James Rhodes brings you our weekend roundup including all the action from Manchester 10km and Berlin Marathon
Magnificent Marc & McColgan in Manchester
I’ll start today’s round up in Manchester for the welcome return of the Great Manchester Run 10k and Half Marathon. The event has seen some stellar athletes take victories in the past and, after a COVID-enforced hiatus, the event returned with strong fields over both distances.
Whilst eyes were focused on Marc Scott and Eilish McColgan following their performances on the streets of Newcastle two weeks ago, impressive fields had been assembled in both races and fast times certainly seemed on the cards.
Indeed, McColgan certainly made her intentions clear by setting off at a blistering pace, passing the third kilometre in 8:58 and the hallway point in 15:01. The latter split is incredibly 56 seconds faster than her road PB for the distance (albeit that time was run five years ago), and perhaps even more impressively would be good enough for fourth on the UK all-time rankings behind Beth Potter (14:41), Paula Radcliffe (14:51) and her mum Liz (14:57). It was also bang-on the pace of Agnes Tirop’s World Record (30:01) set just two weeks ago.
Early pace can make all the difference
The early pace soon took its toll, however, with the Scot’s pace noticeably dropping over the next few kilometres, although the Scottish Record, held by her mum, did not look out of the question at the 8km point. An uphill last 800m did not provide the springboard needed to pick up the pace and McColgan crossed the line in 30:52, putting her third on the British AT list.
An incredible performance especially when you consider it’s just two weeks since McColgan half marathon debut at the Great North Run.
Behind her, Olympic marathon representative Jess Piasecki had a PB-setting run in third, her 32:01 performance improving her lifetime best by 32 seconds, whilst Sweden’s Meraf Bahta finished second (31:44) as she makes her return following a one year suspension for a whereabouts failure.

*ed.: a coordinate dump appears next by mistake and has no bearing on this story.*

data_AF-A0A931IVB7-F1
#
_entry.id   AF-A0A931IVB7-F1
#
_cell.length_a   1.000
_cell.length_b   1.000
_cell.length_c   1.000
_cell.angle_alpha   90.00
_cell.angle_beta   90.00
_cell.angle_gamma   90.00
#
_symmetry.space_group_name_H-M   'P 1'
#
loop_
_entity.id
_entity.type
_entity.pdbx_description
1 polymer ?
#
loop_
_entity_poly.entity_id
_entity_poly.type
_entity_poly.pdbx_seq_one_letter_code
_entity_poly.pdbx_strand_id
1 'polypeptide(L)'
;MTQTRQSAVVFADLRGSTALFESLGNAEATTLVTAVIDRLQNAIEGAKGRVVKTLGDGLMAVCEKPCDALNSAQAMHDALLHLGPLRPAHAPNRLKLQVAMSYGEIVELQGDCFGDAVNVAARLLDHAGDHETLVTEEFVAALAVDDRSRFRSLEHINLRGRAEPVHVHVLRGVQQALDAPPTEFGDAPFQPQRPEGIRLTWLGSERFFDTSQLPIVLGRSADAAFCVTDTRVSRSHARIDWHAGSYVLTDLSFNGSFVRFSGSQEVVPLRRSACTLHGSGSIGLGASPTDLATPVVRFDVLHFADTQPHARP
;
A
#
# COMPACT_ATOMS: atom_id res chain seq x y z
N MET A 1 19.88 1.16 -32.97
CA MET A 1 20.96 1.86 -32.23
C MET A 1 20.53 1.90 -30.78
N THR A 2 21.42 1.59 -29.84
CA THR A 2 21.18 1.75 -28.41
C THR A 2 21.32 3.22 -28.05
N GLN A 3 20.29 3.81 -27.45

Amy-Eloise Markovc was a credible fifth (32:35) in her debut over the distance on the roads. It may have been a gun-to-tape victory for McColgan in the women’s race, but it was anything but in the men’s.
Huge line-up battling to the line
A strong domestic field including GNR winner Scott, Andrew Butchart, Jack Rowe, Hugo Milner, Chris Thompson and Adam Craig, alongside Olympic marathon silver medallist Abdi Nageeye and New Zealand’s Zane Robertson toed the line and set off at a good pace, with Butchart taking the lead for the first half.
As the finish line got closer Scott, Butchart and Rowe pulled away from the rest of the field, with Nageeye and Belgian Soufiane Bouchikhi in close pursuit. Marc made a break with one kilometre to go, but was caught again by Butchart a couple of hundred metres later. However, the finishing speed that saw him pull away in the Great North Run was once again on show as the Yorkshireman kicked away to cross the line in 28:03, two seconds ahead of Butchart (28:05) with Rowe another two seconds back (28:07).
Significant lifetime bests for all three (29, 23 and 99 seconds respectively), and a Scottish Record for Butchart. A particularly impressive from Rowe who has set PBs this year at every distance from 1500m on the track to half marathon on the roads.